What if more Humanists became financially independent?
After a busy year of travelling (most of which remains undocumented on this blog, as my friends have aptly pointed out on numerous occasions) we rolled back into my beloved Phoenix right in time for the 2017 holiday season. Spending November and December in Phoenix gives me the opportunity to reconnect with said friends (who then have to listen to all the stories in person and still insist, I finally get my act together and share more photos on the blog) and dedicate a bit of time to support the causes that are meaningful to me.
I managed to get a little shopping done, to help out my favorite pet shelter and among a few other things also reached out to my Humanist tribe, the Humanist Society of Greater Phoenix, to see if I could help out with any current projects. I learned that a lot had happened in the year I have been gone: several long time members moved to other parts of the world and the organization had a streak of bad luck with some unforeseen repairs to the community center. HSGP is the only Humanist group in the country that has a community owned building, which is awesome in one way and at the same time kind of disheartening for a country with houses of worship on every corner.
I was informed that HSGP’s operating budget was in the red for the year and there had been a shortage of volunteers for some of their recent events. I had just arrived in time for a planning meeting regarding our year-end event, which is also an important fundraiser for HSGP, which luckily gave me the opportunity to help in small ways. Thanks to the bigheartedness of many members, who gave generously at our Winter Solstice Party, as well as a huge group of volunteers who willingly lent a hand, HSGP was able to end the year in the black. Such a relief and a great thing to witness! The future looks bright for HSGP with many newcomers bringing fresh ideas and an enthusiastic new board of directors building momentum.
I left Phoenix happy, energized and at the same time a bit sad that I couldn’t do more to help. One of my initial reasons for FIRE was to have more time to volunteer at organizations such as HSGP, Tumbleweed, various pet rescues etc. and support them with extra funds that my DAF would have generated. I now don’t have a DAF, but am planning to donate any proceeds of this blog to causes that matter to me. If you’d like to help me with that, please check out my give back page for easy ways to help me do this at no cost to you!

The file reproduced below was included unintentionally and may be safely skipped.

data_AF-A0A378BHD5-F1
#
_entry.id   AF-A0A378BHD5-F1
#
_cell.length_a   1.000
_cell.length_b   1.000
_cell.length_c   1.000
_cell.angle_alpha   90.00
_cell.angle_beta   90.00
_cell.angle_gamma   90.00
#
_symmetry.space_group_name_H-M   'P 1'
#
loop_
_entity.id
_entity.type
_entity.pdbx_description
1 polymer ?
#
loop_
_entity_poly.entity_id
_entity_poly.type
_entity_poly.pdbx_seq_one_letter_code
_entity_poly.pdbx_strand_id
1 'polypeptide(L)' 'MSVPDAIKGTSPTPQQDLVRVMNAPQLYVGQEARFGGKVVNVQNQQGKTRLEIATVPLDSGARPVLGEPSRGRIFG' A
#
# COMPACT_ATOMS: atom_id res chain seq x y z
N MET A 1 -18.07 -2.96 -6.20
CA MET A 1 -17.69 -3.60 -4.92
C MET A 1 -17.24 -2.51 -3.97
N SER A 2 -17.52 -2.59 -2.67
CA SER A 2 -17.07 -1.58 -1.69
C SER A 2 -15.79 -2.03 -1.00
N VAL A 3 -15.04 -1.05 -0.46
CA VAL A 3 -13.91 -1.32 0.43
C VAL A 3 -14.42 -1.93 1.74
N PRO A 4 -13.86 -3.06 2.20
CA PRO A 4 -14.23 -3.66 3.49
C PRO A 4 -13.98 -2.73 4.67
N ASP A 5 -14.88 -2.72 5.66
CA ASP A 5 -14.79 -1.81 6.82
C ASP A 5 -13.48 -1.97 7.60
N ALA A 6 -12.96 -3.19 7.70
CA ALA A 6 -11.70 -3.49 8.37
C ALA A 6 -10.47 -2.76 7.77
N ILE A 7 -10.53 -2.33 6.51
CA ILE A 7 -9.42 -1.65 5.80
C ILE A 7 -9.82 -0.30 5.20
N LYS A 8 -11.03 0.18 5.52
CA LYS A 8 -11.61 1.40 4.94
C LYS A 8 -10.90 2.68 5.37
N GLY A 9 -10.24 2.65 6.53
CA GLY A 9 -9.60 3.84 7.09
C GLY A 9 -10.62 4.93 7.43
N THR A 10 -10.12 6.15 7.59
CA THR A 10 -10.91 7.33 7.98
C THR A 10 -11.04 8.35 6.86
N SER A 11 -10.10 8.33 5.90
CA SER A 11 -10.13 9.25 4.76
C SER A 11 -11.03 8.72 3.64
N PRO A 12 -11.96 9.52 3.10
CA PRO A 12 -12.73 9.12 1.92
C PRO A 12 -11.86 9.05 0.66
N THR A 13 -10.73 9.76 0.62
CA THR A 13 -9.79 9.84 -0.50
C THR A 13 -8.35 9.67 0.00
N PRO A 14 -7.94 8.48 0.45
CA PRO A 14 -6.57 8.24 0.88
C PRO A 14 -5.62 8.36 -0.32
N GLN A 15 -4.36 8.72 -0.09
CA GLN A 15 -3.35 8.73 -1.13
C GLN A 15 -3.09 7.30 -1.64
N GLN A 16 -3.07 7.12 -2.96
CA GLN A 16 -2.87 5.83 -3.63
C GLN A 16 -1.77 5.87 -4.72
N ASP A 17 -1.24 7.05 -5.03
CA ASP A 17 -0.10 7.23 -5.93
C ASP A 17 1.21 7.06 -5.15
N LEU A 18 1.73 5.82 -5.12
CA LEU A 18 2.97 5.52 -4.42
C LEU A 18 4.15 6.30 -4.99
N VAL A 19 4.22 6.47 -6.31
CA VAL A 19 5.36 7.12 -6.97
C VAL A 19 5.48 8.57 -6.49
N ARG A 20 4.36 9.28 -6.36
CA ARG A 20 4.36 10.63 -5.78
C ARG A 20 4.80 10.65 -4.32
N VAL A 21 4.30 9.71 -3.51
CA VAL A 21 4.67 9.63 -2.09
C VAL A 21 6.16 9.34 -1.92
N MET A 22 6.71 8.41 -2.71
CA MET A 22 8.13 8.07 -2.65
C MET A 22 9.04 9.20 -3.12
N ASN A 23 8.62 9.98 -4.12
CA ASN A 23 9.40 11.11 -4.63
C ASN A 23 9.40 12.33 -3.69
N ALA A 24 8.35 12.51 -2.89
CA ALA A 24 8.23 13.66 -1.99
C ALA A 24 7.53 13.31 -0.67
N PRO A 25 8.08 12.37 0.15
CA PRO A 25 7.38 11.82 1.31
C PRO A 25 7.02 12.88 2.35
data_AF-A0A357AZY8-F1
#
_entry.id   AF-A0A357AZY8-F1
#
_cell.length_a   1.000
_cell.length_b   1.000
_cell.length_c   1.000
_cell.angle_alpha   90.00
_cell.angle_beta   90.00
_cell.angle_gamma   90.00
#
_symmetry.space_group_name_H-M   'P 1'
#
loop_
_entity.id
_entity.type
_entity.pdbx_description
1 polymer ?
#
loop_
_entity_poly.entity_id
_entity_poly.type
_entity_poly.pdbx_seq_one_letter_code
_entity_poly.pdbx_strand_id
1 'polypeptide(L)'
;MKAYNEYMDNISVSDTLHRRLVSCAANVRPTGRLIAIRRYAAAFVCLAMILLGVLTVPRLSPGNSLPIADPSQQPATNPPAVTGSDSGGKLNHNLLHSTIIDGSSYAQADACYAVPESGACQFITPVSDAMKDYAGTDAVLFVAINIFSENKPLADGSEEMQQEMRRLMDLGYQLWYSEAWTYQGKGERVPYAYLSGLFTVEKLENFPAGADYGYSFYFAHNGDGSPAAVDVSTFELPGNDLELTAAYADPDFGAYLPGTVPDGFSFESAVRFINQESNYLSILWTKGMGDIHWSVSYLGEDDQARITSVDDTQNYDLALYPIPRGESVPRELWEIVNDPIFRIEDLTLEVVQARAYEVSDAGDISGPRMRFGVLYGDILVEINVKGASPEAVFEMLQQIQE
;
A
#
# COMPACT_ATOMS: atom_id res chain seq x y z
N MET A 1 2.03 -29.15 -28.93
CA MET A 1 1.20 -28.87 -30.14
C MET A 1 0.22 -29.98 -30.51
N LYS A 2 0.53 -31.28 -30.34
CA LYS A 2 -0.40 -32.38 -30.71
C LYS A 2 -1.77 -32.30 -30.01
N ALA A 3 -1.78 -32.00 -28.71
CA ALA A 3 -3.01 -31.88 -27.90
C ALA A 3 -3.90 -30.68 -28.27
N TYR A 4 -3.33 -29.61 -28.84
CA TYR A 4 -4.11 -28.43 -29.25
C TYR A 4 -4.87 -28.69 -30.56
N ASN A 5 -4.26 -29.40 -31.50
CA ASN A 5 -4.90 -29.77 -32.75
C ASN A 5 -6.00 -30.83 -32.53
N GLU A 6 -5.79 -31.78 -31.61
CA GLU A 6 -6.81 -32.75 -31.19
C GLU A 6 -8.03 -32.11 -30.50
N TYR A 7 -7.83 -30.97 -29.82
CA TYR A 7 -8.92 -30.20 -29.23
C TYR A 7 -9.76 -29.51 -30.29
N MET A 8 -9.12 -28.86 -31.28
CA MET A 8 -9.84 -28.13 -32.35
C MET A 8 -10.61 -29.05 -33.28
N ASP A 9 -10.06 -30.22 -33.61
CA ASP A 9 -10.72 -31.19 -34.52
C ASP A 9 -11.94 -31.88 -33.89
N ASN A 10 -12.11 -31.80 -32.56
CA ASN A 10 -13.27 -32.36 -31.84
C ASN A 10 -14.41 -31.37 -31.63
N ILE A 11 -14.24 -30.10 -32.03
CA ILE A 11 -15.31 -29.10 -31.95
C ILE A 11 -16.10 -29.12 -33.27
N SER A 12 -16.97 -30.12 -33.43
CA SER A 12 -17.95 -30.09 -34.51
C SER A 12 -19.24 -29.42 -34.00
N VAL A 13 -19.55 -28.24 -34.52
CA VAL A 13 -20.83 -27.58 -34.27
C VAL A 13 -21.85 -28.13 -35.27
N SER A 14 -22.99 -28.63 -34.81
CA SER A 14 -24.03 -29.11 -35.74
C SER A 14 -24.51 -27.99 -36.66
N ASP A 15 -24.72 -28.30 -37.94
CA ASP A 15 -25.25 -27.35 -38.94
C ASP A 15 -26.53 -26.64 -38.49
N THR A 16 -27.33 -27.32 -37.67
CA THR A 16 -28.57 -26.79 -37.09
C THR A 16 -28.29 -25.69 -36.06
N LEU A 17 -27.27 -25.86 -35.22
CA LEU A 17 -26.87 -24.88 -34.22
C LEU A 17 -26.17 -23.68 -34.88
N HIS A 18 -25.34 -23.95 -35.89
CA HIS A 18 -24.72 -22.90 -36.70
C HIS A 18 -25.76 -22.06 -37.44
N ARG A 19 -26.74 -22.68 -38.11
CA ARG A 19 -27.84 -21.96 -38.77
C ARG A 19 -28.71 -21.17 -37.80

I still feel a bit guilty about focusing my FIRE time mostly on my travel pursuits instead of giving more, time and money (about 30% of my 2017 expenses were donations) to a variety of causes. During the last few days, I have had many discussions with other nomads, among them a philosopher for whom I have some mad respect, about effectively helping others through your own seemingly selfish search for happiness. I am still processing some of these discussions and thoughts, but they’ll certainly be the subject of further blog posts.
In talking to my fellow HSGP members, I also realized that many members would like to give more of their time and/or money to HSGP but are limited by work and other life commitments. I certainly know how that goes.
One long time member and friend, mentioned he had made the jump from a relatively secure job into uncertainty to start a Mindfulness Business. From what I understand he wasn’t even FI at the time, just had enough FU money to give it a shot! He is actually the second friend within my Phoenix humanist tribe, starting a “woowoo free” Mindfulness Business. Major kudos for these kinds of guts to both of them!